1/2 cup dried cherries<br />

1/2 cup toasted sliced almonds<br />

1/4 cup crumbled feta<br />

In a medium bowl whisk together olive oil, red wine<br />

Directions<br />

vinegar, orange juice, and shallot. Season with salt and<br />

pepper.<br />

In a large bowl toss together kale, apples, cherries, and<br />

almonds.<br />

Toss with dressing and top with feta to serve.

H I G H H O L Y D A Y<br />

F I S H<br />

Shabbat Fish (also known as ‘Moroccan Fish’) was a common dish throughout the<br />

North African Jewry, often utilising inexpensive white fish to suit the household<br />

budget. Naturally the community bought this delicious spicy recipe to Israel with<br />

them, and it has since become a staple in many, mainly Sephardic, homes served at<br />

the Friday night shabbat table.<br />

·1.5 red capsicums<br />

Need You What<br />

·3 medium tomatoes<br />

·6 fillets of tilapia (in Israel Tamnoon is often used. Tilapia is<br />

the closest fish available in Australia, though any mild, firm,<br />

white fish will work as the flavour in this dish comes from the<br />

spices and not the fish itself)<br />

·5 cloves of crushed garlic<br />

·2 - 3 tablespoons smoky paprika (use sweet paprika for a<br />

milder taste)<br />

·1 tablespoon cumin<br />

·1 teaspoon sumac<br />

·1 cup fish stock or light chicken stock<br />

·1/3 cup olive oil<br />

·a bunch of coriander or parsley<br />

·3-6 Dried chillies to taste, seeds removed. (a whole range of<br />

dried chillies are sold at the shuk, and Mair would select<br />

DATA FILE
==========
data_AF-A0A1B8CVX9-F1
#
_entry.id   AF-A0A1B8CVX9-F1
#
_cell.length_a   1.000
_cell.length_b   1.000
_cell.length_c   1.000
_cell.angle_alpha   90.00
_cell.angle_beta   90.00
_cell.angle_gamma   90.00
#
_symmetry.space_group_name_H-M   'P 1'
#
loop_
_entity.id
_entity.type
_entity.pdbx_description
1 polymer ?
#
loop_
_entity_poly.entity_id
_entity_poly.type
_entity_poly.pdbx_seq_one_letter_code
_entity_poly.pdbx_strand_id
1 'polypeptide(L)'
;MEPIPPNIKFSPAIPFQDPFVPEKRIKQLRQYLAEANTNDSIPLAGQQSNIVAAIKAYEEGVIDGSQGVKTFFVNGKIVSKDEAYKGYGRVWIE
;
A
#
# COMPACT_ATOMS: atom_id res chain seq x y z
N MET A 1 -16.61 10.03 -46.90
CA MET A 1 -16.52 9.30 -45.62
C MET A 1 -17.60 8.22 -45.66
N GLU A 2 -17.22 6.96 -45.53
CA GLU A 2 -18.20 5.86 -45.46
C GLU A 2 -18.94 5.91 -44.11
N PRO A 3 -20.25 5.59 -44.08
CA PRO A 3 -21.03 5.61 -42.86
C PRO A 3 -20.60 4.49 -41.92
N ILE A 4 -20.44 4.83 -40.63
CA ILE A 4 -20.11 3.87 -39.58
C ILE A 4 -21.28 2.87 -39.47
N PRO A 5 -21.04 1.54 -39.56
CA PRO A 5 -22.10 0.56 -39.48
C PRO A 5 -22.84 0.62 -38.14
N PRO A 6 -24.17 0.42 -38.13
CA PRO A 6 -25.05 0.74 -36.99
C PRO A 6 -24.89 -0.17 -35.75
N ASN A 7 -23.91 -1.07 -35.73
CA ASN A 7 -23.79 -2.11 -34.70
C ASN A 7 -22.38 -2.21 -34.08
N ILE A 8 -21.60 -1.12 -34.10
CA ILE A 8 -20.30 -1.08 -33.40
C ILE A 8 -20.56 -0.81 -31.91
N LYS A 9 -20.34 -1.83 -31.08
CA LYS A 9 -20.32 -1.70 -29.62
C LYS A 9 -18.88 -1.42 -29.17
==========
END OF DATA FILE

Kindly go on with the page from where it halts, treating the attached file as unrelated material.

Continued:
them based on their smell. Ancho chillies are probably the<br />

best to use in Australia, but any dried chillies you have can<br />

work, each impart a different flavour)<br />

·Optional: a squeeze of lemon and/or harissa paste for extra<br />


Preheat an oven to 115 degrees celsius<br />

Directions<br />

Slice the capsicum, dried chillies and tomatoes,<br />

and arrange on the bottom of a baking dish, and<br />

season with salt and pepper.<br />

Add the garlic over the top<br />

Rub the fish with salt, pepper and some of the<br />

paprika, and place on top of the veggies<br />

Combine the stock, olive oil, cumin, sumac,<br />

paprika, and optionally the lemon and / or harissa<br />

in a bowl, mix and pour over the fish and veggies<br />

Cover the dish with foil, and poke one or two small<br />

holes in the foil with a knife<br />

Bake in the oven for about 1 hour, until the fish is<br />

fully cooked but still tender<br />

Add freshly chopped parsley and / or coriander<br />

before serving<br />

You can adapt the recipe as you like. Green capsicum<br />

Note<br />

and chillies can be added, or your favourite<br />

combination of spices, or a splash of white wine into<br />

the sauce. Every household has its own version of<br />

Shabbat Fish.

This is a recipe by Mair Setti, supplied by his daughter Rachel Setti:<br />

About this recipe...<br />

My Father, Mair Setti, was born deep within the Sephardic community<br />

in Mamilla, Jerusalem to an Israeli mother and a Turkish father, in 1944.<br />

Perhaps because food was often scarce in childhood it took centre<br />

stage in adulthood. For as long as I can remember the preparation (and<br />

consumption!) of food was central to my father’s daily routine –<br />

especially when it came to Shabbat.<br />

His memories of running through Machane Yehuda, the Jerusalem<br />

food market, as a young child were endless. He would recall them with<br />

glee, story after story, one funnier than the next. The one that sticks<br />

most is the time when, on his way to a teenage gathering, his mother<br />

insisted that he buy fish from the shuk for Shabbat. Despite his protests<br />

that it would ruin his street cred to rock up to a party with a bag of raw<br />

fish, she insisted. He did as he was told and subsequently spent the<br />

evening safeguarding the somewhat odorous goods and complained<br />